Tuesday, November 22, 2011

Alice, I Have Been by Melanie Benjamin

Alice, I Have Been by Melanie Benjamin

Completion Date: November 7, 2011
Reason for Reading: Fun!
Few works of literature are as universally beloved as Alice’s Adventures in Wonderland. Now, in this spellbinding historical novel, we meet the young girl whose bright spirit sent her on an unforgettable trip down the rabbit hole–and the grown woman whose story is no less enthralling.


But oh my dear, I am tired of being Alice in Wonderland. Does it sound ungrateful?

Alice Liddell Hargreaves’s life has been a richly woven tapestry: As a young woman, wife, mother, and widow, she’s experienced intense passion, great privilege, and greater tragedy. But as she nears her eighty-first birthday, she knows that, to the world around her, she is and will always be only “Alice.” Her life was permanently dog-eared at one fateful moment in her tenth year–the golden summer day she urged a grown-up friend to write down one of his fanciful stories.

That story, a wild tale of rabbits, queens, and a precocious young child, becomes a sensation the world over. Its author, a shy, stuttering Oxford professor, does more than immortalize Alice–he changes her life forever. But even he cannot stop time, as much as he might like to. And as Alice’s childhood slips away, a peacetime of glittering balls and royal romances gives way to the urgent tide of war.

For Alice, the stakes could not be higher, for she is the mother of three grown sons, soldiers all. Yet even as she stands to lose everything she treasures, one part of her will always be the determined, undaunted Alice of the story, who discovered that life beyond the rabbit hole was an astonishing journey.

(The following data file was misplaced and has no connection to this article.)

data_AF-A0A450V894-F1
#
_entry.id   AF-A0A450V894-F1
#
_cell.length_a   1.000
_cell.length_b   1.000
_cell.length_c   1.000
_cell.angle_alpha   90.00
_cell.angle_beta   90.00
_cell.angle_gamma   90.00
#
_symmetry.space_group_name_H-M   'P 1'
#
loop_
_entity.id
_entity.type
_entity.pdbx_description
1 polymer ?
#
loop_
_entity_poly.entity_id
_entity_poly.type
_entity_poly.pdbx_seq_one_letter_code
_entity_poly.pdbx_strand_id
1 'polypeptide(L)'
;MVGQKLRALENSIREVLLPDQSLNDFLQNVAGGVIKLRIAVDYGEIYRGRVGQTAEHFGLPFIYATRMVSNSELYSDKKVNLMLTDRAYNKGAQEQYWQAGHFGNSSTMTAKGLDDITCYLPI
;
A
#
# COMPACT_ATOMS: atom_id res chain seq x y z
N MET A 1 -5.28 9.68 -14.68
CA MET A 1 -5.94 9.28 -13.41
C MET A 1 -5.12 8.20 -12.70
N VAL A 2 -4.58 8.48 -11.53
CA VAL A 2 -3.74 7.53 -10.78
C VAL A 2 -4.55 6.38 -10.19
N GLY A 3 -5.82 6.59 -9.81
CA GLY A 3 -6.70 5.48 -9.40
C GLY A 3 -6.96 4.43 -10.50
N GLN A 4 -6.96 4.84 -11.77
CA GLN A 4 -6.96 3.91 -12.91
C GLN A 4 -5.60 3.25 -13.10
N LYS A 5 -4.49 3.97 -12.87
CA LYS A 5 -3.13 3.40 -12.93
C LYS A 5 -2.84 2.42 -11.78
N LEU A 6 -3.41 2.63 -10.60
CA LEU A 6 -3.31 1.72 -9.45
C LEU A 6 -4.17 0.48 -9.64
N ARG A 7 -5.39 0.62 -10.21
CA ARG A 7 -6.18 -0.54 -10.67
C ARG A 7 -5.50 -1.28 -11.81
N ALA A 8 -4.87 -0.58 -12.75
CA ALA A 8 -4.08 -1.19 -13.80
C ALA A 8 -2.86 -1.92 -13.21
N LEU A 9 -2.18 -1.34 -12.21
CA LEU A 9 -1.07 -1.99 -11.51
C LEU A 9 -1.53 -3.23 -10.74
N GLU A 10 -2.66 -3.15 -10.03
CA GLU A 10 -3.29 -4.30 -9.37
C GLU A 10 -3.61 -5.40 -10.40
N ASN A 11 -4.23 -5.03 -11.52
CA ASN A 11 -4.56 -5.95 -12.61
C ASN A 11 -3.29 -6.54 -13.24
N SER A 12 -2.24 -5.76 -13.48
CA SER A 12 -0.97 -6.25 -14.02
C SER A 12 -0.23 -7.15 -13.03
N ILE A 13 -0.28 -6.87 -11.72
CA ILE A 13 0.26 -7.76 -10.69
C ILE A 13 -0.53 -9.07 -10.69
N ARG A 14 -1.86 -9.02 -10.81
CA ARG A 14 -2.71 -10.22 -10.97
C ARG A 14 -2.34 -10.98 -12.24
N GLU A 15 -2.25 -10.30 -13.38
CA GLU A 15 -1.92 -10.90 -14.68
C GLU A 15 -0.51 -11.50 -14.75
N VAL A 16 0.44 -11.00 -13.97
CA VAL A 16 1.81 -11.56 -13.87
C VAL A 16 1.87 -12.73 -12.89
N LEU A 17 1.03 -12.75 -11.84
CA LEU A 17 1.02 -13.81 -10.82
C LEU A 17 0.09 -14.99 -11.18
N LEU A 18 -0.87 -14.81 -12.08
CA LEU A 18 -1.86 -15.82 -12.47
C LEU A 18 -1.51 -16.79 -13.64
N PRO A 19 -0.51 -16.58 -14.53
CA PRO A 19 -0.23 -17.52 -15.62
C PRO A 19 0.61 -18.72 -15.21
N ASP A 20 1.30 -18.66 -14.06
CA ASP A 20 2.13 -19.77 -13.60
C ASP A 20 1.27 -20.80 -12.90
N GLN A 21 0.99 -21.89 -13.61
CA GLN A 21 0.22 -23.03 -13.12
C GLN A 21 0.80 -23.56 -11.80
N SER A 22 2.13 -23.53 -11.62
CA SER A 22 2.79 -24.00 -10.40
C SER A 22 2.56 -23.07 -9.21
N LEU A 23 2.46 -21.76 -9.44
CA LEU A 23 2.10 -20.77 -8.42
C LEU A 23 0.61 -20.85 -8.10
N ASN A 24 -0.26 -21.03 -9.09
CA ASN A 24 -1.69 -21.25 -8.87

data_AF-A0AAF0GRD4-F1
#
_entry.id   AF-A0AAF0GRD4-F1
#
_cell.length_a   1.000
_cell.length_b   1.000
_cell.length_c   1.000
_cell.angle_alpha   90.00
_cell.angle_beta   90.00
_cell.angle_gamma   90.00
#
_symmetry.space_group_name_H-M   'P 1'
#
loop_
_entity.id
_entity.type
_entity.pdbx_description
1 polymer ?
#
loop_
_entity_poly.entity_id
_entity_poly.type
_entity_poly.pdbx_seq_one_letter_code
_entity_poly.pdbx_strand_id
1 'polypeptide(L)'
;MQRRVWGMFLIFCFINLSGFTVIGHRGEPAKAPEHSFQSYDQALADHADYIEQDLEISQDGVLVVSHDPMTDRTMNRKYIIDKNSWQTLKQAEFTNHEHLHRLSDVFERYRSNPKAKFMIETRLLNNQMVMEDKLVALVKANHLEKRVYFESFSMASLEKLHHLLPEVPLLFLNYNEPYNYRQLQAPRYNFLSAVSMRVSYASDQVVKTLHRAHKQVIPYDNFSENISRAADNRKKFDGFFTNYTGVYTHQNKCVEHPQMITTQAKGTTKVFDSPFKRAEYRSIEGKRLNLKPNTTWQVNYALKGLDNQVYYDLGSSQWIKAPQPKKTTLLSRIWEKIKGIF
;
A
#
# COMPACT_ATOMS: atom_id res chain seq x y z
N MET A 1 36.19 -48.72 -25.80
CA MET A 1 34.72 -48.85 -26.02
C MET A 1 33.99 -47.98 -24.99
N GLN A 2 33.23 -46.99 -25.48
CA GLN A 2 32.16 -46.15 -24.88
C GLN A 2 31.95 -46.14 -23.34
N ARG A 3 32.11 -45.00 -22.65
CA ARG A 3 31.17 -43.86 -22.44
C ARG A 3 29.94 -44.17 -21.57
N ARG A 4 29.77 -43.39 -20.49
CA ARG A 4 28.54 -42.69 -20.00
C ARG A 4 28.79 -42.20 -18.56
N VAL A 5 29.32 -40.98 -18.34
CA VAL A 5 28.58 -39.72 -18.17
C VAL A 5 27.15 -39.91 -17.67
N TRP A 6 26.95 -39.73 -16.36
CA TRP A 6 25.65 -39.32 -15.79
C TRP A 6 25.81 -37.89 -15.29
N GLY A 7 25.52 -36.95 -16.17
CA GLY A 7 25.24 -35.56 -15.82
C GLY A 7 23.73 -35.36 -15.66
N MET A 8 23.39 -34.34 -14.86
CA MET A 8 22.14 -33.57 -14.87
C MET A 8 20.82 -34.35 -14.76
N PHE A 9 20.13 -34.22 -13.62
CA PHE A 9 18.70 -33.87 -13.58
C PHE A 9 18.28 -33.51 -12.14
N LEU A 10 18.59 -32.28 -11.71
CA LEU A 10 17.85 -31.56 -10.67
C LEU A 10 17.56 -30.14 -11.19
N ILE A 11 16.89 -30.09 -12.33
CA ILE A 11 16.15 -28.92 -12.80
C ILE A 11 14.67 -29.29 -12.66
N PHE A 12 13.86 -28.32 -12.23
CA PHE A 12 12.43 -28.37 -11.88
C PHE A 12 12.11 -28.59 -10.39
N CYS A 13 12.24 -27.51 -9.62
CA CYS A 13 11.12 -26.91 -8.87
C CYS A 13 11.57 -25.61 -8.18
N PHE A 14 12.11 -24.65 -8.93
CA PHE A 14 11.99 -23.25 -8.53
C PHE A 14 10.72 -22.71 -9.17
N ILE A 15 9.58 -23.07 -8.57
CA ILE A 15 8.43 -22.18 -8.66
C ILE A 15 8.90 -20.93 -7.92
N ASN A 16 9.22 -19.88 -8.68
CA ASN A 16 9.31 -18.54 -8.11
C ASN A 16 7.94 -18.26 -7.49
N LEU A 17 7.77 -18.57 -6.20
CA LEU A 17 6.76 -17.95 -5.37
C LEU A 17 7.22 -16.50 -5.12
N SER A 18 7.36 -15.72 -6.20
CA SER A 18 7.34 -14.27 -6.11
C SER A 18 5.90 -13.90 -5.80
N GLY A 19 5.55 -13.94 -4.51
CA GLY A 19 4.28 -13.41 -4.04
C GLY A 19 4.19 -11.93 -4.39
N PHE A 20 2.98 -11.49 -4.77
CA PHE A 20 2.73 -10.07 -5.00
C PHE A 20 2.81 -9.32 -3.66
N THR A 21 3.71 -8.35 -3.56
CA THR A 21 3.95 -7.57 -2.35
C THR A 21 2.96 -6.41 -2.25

A love story and a literary mystery, Alice I Have Been brilliantly blends fact and fiction to capture the passionate spirit of a woman who was truly worthy of her fictional alter ego, in a world as captivating as the Wonderland only she could inspire.
Earlier this year I read The Autobiography of Mrs. Tom Thumb and considered it one of my favourite reads of the year. I knew I was going to have to finally read her earlier book after having it out from the library a couple times since it was released. The truth of the matter is, I am not a big fan of Alice in Wonderland. I am not sure what it is, but I have just never enjoyed that book. I have always been more interested in Lewis Carroll as a person and the life of Alice Liddell. This book was written to explore the relationship between the two and the events that lead to the hugely successful book and its sequel. She obviously takes some liberties with the story, but it all works out well in the end.

The only thing that turned me off about this book was how pronounced the child molestation was in the book. It has always seemed so strange to me that young children were allowed to spend so much time with a grown man that wasn't even related to them. Obviously the truth of the matter is not known, but there are lots of theories about what might have happened. The scene where Alice and Mr. Dodgson stop talking in the book is imagined based on plausible ideas. It is imagined, though. Their really was a strong friendship between the Liddell girls and Dodgson, though. There are many pictures from those times and it is obvious that Alice had some favoured status based on her having a book about her and the nature about some of the pictures.

One of the ideas in this book I really appreciated was how when Alice was a little girl she wanted the story to be written down so she was always immortalized as the young girl of the tale. When she gets older, though, she starts feeling the pressure of being forever young. She gains a lot of attention later in life when she sells the original manuscript, but instead of the young girl that everyone has read about for years they are faced with an old woman just trying to survive during difficult financial times. Alice had a hard life in many respects. It is entirely possible that there is some truth to the tales of her relationship with her mother following the revelations of her relationship with Dodgson. If that is the case it must have been hard. Then, she falls in love and is denied that love because of her rocky past. This love will haunt her for the rest of her life until she comes to terms with the fact she did in fact love the man she ended up marrying. She also loses two of her sons during the war leaving only one surviving. That is never an easy hardship to endure and ultimately leads to her husbands decline and eventual death.